It will be technology that will enable “Cities 3.0” — the transformation of metropolitan centers into hubs of innovation and entrepreneurship.
by Bob Graves | July 28, 2014
Are we truly entering an era of “Cities 3.0”? Sacramento Mayor Kevin Johnson is an advocate of that notion, and few elected officials are in a better position to look at cities from a broad, historical perspective than is Johnson, the new president of the U.S. Conference of Mayors.
He laid out that perspective in his inaugural speech as the conference’s president, describing how the first generation of cities was built around ports, rivers and transportation routes. Then came the Industrial Revolution and Cities 2.0. In addition to factory smokestacks, they had electricity, transportation systems and other modern services. In the new era of Cities 3.0, Johnson said, “the city is a hub of innovation, entrepreneurship and technology. It’s paperless, wireless and cashless.”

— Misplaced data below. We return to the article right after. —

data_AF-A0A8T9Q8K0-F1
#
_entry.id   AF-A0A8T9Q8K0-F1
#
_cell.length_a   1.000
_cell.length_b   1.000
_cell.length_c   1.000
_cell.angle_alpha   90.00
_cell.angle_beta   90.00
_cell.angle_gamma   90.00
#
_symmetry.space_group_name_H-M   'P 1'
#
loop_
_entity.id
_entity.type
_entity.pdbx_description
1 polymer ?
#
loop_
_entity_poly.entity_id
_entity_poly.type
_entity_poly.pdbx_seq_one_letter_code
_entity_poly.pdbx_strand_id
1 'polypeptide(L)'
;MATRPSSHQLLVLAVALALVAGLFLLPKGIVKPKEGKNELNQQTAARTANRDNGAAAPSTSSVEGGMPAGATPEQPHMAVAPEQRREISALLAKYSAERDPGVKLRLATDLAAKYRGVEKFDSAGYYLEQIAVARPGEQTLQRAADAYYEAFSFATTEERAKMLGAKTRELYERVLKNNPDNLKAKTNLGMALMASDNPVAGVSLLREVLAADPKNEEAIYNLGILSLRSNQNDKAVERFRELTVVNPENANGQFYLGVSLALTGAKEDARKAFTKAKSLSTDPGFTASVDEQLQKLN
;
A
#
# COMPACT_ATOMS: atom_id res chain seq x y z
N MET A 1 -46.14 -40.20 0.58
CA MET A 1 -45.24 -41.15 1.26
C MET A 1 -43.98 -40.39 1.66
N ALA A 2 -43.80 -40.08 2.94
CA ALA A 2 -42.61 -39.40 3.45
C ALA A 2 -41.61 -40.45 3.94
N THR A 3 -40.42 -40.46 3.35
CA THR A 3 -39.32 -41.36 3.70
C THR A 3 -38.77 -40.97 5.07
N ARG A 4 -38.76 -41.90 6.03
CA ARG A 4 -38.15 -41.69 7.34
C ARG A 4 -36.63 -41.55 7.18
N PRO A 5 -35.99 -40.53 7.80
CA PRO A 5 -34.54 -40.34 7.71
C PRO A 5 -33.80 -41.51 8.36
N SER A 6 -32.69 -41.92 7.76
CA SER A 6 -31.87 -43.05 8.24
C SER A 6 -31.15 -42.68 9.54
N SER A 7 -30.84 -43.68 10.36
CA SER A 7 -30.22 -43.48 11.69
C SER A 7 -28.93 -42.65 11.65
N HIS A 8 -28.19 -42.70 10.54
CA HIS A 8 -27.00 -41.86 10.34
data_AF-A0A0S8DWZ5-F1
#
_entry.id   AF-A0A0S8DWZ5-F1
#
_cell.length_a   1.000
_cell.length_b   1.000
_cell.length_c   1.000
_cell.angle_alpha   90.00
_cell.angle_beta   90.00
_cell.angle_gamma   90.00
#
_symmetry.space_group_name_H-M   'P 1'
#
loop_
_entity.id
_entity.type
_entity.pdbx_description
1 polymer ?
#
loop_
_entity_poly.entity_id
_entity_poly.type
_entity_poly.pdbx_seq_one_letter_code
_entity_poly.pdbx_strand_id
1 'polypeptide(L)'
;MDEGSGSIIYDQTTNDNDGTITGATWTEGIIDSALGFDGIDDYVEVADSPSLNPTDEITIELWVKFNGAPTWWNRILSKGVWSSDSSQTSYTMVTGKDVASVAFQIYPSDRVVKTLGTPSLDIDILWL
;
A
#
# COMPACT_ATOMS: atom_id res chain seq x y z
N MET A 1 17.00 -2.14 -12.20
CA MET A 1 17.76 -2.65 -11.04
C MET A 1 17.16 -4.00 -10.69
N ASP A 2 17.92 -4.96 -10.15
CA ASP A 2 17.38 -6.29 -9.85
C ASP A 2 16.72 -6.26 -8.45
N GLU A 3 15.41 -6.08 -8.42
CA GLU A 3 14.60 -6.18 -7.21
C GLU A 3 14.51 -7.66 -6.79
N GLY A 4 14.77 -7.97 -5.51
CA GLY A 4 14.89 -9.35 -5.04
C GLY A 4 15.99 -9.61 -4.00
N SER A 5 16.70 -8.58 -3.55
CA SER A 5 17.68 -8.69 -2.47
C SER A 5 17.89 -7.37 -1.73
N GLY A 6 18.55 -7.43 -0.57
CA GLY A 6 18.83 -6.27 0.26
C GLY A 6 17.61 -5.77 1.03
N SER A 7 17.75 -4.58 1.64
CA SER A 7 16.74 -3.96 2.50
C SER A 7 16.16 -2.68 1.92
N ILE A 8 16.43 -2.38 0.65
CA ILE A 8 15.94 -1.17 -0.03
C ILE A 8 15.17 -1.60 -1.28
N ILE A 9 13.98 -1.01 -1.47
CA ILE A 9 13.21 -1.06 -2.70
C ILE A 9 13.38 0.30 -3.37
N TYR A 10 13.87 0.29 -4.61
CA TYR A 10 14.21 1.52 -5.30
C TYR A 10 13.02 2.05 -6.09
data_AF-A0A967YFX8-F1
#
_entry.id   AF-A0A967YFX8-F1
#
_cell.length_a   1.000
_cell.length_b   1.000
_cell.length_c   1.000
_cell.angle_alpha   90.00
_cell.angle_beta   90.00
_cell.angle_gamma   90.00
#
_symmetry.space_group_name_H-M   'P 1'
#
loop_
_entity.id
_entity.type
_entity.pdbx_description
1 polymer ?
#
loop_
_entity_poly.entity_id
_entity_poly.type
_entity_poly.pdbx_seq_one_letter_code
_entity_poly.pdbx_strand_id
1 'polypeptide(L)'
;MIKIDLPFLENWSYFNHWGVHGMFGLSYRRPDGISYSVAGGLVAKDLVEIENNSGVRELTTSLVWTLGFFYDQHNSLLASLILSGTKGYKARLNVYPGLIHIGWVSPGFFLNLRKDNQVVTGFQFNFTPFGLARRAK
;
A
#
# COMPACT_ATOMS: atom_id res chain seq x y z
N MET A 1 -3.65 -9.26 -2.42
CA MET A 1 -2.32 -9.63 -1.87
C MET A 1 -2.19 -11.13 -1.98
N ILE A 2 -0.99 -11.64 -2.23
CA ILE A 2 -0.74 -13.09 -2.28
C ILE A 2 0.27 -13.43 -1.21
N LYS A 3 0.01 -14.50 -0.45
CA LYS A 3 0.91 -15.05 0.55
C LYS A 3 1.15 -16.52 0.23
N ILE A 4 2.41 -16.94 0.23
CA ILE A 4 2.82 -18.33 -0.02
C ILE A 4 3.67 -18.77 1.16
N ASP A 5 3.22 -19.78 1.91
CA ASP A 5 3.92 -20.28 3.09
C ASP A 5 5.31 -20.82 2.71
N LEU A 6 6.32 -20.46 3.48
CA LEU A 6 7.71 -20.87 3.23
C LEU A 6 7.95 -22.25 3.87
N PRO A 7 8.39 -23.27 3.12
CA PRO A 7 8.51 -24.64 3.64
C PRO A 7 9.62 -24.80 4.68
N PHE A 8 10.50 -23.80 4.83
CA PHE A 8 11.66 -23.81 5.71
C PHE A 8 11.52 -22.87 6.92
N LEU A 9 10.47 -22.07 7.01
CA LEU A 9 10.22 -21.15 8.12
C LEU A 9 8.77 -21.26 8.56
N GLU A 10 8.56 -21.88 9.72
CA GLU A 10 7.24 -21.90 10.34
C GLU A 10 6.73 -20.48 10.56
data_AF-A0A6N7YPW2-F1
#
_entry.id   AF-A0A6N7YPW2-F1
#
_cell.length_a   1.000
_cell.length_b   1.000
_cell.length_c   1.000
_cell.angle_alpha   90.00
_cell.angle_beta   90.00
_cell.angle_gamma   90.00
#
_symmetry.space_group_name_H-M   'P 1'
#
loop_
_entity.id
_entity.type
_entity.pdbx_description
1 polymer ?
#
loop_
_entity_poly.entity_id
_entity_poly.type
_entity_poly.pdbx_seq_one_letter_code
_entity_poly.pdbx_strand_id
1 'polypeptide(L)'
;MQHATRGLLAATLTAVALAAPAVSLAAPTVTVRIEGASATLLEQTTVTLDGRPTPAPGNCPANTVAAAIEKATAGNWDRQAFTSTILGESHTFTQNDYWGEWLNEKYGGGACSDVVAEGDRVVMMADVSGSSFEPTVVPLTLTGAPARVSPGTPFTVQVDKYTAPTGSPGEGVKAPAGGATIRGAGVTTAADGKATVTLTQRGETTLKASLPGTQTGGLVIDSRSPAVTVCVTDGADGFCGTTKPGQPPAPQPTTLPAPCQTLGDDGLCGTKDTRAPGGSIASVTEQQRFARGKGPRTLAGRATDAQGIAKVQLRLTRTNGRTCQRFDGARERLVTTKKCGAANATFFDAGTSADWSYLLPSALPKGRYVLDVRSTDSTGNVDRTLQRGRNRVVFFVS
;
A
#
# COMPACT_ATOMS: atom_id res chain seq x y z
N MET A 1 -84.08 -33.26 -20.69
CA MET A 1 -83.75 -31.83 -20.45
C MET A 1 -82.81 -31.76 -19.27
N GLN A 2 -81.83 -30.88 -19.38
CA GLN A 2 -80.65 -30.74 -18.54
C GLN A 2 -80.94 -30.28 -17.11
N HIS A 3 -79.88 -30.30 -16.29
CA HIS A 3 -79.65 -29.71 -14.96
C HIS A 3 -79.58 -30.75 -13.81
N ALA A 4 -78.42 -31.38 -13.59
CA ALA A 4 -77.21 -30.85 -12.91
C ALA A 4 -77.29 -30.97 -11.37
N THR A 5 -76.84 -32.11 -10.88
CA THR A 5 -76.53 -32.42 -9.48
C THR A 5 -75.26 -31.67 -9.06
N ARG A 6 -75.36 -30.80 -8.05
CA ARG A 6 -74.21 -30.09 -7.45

- The Soft Infrastructure of Smart Cities
- How Technology Can Stretch Infrastructure Dollars
- A Quick Way to Build a Wireless Network
- Are Suburbs All They’re Cracked Up to Be?
- Manufacturing Is Coming Back. Factory Jobs Aren’t.
Plenty of municipal leaders, of course, are working to make that vision a reality. This strategy, however, presents tremendous challenges from an infrastructure perspective because Cities 3.0 will be operating in the older centers of most metropolitan regions.